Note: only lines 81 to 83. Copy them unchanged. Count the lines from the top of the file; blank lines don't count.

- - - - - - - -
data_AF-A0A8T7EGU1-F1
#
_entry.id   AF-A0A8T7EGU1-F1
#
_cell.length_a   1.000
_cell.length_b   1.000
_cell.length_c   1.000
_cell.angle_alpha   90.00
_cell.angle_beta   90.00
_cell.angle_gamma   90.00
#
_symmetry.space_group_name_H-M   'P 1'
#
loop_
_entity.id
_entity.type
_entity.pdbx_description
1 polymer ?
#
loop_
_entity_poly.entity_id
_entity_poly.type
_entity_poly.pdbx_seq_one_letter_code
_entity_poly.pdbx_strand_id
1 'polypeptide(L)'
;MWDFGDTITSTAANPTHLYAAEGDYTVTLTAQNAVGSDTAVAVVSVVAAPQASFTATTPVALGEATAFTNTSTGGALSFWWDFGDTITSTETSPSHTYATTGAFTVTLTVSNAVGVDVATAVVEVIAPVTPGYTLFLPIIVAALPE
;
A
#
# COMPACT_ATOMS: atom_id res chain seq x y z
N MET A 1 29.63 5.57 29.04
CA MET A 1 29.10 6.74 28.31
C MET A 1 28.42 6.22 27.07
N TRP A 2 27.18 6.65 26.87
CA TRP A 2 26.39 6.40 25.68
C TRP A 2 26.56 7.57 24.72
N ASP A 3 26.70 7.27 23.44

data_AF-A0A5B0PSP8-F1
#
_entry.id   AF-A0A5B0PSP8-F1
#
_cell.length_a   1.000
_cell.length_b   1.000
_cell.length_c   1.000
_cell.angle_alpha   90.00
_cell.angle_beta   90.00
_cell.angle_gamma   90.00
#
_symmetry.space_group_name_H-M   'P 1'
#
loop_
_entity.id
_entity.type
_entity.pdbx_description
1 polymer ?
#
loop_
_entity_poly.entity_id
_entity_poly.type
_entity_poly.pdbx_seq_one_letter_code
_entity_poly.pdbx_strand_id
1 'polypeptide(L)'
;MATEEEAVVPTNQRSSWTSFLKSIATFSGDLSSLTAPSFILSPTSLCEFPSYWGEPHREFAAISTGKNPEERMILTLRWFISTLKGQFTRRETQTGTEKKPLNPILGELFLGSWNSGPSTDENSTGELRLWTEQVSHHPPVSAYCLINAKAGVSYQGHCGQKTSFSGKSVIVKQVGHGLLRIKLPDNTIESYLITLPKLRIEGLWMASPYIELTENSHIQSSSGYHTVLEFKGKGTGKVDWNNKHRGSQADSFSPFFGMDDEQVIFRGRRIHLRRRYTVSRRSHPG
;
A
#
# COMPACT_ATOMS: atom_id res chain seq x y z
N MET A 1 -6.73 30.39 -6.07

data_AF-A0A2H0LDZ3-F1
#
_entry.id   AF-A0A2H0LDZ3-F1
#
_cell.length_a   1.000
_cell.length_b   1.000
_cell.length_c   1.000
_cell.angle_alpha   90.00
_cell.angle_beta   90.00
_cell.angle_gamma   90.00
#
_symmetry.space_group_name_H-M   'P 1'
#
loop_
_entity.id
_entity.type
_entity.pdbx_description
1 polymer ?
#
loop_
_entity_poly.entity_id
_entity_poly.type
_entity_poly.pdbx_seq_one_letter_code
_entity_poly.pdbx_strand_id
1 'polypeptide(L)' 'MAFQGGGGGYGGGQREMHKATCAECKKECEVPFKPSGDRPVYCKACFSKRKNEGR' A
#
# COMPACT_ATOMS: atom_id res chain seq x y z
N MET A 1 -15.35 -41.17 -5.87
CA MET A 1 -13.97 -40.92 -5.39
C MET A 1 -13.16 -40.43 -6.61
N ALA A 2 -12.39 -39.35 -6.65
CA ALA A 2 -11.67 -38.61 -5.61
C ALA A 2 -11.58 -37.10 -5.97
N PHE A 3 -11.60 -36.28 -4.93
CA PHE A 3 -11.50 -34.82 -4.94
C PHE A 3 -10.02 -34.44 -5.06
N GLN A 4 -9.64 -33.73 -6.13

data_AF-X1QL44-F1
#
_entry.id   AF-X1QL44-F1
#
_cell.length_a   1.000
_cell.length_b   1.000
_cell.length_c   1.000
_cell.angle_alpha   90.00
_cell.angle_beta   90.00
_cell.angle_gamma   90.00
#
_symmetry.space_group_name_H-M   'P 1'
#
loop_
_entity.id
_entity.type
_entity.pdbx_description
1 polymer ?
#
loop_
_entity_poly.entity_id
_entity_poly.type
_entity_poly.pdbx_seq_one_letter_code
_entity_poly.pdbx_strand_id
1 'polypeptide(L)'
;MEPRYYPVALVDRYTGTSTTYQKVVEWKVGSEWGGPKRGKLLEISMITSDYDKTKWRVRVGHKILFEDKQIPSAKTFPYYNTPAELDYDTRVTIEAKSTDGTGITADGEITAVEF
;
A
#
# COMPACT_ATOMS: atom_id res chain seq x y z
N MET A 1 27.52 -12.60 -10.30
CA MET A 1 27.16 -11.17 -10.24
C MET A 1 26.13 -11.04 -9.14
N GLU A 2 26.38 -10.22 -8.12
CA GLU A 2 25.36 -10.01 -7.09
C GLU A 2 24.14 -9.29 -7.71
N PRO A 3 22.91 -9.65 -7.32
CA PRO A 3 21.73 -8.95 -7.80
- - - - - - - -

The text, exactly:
#
loop_
_entity.id